You are here
The Winter That Wasn’t?
Saying this out loud is like reminding a pitcher that he has a no-hitter going, but … it’s been a pretty mild winter so far. Plenty of rain, some very windy days, but little of the dreaded snow and ice.
Will it continue? One of the weather websites now offers a 90-day forecast … I know, it’s kind of funny that they’re projecting three months when they struggle to get tomorrow’s forecast right, but there it is. And the 90-day forecast is missing something: the word “snow.” Really. It doesn’t appear at all, straight through March (be advised, however, of a chance of ice on March 4th).
For a facility manager, this potentially means some good things like no prolonged stretches of frozen-pipe weather and snow-removal budgets that come in under target. What it doesn’t mean, though, is that you can just relax. Rain and wind can be every bit as destructive and, well, see above about the accuracy of forecasts.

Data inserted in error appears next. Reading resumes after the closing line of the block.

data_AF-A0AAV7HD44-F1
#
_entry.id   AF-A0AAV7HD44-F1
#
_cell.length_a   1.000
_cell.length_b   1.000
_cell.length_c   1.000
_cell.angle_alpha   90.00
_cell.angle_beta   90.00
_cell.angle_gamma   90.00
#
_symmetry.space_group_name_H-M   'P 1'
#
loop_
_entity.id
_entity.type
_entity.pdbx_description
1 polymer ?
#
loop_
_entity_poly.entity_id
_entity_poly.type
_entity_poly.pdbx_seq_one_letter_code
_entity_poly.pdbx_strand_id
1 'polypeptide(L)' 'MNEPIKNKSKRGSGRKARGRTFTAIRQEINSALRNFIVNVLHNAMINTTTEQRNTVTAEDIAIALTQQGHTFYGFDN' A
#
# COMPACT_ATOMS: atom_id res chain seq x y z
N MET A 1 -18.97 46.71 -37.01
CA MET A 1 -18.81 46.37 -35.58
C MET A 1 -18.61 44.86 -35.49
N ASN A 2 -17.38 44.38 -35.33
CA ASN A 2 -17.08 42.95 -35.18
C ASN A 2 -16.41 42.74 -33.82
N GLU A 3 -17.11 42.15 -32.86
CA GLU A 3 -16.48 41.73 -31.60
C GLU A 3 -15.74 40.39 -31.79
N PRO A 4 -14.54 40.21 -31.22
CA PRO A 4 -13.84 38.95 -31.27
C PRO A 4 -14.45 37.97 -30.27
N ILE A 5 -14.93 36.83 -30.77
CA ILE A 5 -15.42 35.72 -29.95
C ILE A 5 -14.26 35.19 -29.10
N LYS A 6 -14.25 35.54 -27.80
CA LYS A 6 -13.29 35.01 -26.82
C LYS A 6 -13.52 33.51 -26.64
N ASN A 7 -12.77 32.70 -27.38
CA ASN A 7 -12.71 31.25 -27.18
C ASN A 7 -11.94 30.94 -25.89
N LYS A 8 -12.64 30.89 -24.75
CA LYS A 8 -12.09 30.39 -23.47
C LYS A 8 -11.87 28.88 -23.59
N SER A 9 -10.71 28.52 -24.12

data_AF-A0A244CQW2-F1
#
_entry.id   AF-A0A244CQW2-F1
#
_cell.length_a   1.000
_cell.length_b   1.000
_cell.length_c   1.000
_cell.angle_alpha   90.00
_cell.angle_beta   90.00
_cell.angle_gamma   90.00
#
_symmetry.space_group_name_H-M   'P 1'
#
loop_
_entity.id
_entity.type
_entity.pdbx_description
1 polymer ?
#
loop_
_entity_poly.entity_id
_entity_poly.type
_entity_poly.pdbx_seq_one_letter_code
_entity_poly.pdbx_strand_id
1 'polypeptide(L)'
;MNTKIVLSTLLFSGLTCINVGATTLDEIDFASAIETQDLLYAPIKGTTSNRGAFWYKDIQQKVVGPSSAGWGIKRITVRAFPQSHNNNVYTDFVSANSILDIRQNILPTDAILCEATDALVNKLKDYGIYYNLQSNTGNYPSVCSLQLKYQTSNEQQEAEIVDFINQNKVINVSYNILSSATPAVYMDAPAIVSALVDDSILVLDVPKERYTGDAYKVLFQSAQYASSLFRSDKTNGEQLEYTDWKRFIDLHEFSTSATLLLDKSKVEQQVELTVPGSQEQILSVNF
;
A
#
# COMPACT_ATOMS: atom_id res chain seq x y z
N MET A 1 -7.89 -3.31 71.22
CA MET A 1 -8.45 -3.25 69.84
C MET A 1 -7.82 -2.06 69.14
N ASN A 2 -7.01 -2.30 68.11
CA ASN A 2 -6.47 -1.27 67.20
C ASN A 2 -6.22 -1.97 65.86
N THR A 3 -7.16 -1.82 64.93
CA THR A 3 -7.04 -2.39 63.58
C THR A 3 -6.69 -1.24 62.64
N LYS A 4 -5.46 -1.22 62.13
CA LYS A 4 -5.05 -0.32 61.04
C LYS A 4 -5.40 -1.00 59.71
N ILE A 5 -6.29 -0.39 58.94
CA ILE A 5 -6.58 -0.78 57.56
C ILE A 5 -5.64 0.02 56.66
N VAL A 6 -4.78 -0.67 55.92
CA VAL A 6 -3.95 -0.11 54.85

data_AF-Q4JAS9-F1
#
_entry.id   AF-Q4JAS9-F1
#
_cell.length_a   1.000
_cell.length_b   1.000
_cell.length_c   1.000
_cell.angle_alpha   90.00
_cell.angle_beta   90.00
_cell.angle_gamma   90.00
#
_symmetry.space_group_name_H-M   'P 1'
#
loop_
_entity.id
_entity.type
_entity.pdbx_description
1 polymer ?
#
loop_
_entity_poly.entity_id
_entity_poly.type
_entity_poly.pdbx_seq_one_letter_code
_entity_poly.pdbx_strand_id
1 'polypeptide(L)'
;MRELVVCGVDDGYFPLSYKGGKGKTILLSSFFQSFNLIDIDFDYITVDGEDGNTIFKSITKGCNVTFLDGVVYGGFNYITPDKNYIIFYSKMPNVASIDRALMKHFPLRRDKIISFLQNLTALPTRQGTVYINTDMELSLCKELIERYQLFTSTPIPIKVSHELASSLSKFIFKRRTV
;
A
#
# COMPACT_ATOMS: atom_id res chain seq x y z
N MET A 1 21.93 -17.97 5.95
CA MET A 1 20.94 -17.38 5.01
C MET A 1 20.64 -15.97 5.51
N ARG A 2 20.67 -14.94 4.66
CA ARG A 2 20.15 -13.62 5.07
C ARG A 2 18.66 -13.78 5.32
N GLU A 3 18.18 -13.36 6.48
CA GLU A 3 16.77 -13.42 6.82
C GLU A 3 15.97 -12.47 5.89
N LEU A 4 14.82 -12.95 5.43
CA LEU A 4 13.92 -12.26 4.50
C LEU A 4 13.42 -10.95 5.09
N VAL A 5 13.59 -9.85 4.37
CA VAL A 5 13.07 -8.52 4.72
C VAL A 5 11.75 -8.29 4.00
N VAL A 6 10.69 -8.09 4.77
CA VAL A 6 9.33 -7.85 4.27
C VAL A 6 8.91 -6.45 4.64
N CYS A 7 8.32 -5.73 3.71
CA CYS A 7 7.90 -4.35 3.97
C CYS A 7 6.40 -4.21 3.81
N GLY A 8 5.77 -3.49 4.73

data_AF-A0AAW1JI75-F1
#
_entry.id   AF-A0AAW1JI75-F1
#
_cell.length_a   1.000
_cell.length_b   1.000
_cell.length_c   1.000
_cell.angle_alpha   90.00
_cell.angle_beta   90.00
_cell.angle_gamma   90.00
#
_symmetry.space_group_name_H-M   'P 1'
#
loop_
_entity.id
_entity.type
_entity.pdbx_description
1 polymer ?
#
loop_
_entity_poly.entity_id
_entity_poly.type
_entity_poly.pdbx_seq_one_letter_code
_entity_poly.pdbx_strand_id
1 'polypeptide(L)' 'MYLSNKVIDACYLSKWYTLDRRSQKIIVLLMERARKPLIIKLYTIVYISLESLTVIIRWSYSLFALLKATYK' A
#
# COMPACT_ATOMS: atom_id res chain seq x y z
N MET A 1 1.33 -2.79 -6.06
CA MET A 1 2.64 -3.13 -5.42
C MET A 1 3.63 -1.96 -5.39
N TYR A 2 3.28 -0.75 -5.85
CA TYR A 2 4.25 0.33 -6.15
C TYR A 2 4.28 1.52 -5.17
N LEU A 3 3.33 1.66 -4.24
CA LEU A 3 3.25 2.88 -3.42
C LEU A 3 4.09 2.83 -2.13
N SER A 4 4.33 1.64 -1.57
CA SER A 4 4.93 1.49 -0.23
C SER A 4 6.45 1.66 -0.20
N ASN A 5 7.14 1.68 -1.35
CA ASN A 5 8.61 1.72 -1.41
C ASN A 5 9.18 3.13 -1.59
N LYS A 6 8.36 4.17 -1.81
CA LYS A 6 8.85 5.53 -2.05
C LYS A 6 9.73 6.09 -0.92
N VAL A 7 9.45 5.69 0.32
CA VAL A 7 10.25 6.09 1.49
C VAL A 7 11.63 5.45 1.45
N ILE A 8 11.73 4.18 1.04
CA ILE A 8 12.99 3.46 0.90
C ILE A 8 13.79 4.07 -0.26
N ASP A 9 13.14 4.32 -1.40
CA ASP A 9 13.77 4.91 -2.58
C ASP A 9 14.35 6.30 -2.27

Over the past two weeks alone we’ve had two days where the forecast called for “showers.” The result: a total of almost an inch and a half of rain, some localized flooding and plenty of accidents.
The trouble is that when bad weather happens, it doesn’t just happen to you. It happens to everyone, and everyone needs help at once. And that’s when companies like ours have to make some difficult choices with limited manpower and resources.
That’s why we encourage you to look into a Service Level Agreement (SLA). The restoration equivalent of a FastPass at Disney World, an SLA puts you at the front of the line when a widespread disaster happens, so you can get the priority service your employees and tenants need. As we’ve seen over the past few years in the mid-Atlantic, weather disasters happen at all times of year. An SLA can be a vital investment for the well-being of your business.
Remember, “no shovels” doesn’t necessarily translate to “no troubles.” Be prepared, even if Old Man Winter takes a year off.
Mike Popowski is President of PBI Restorations. Reach him at firstname.lastname@example.org.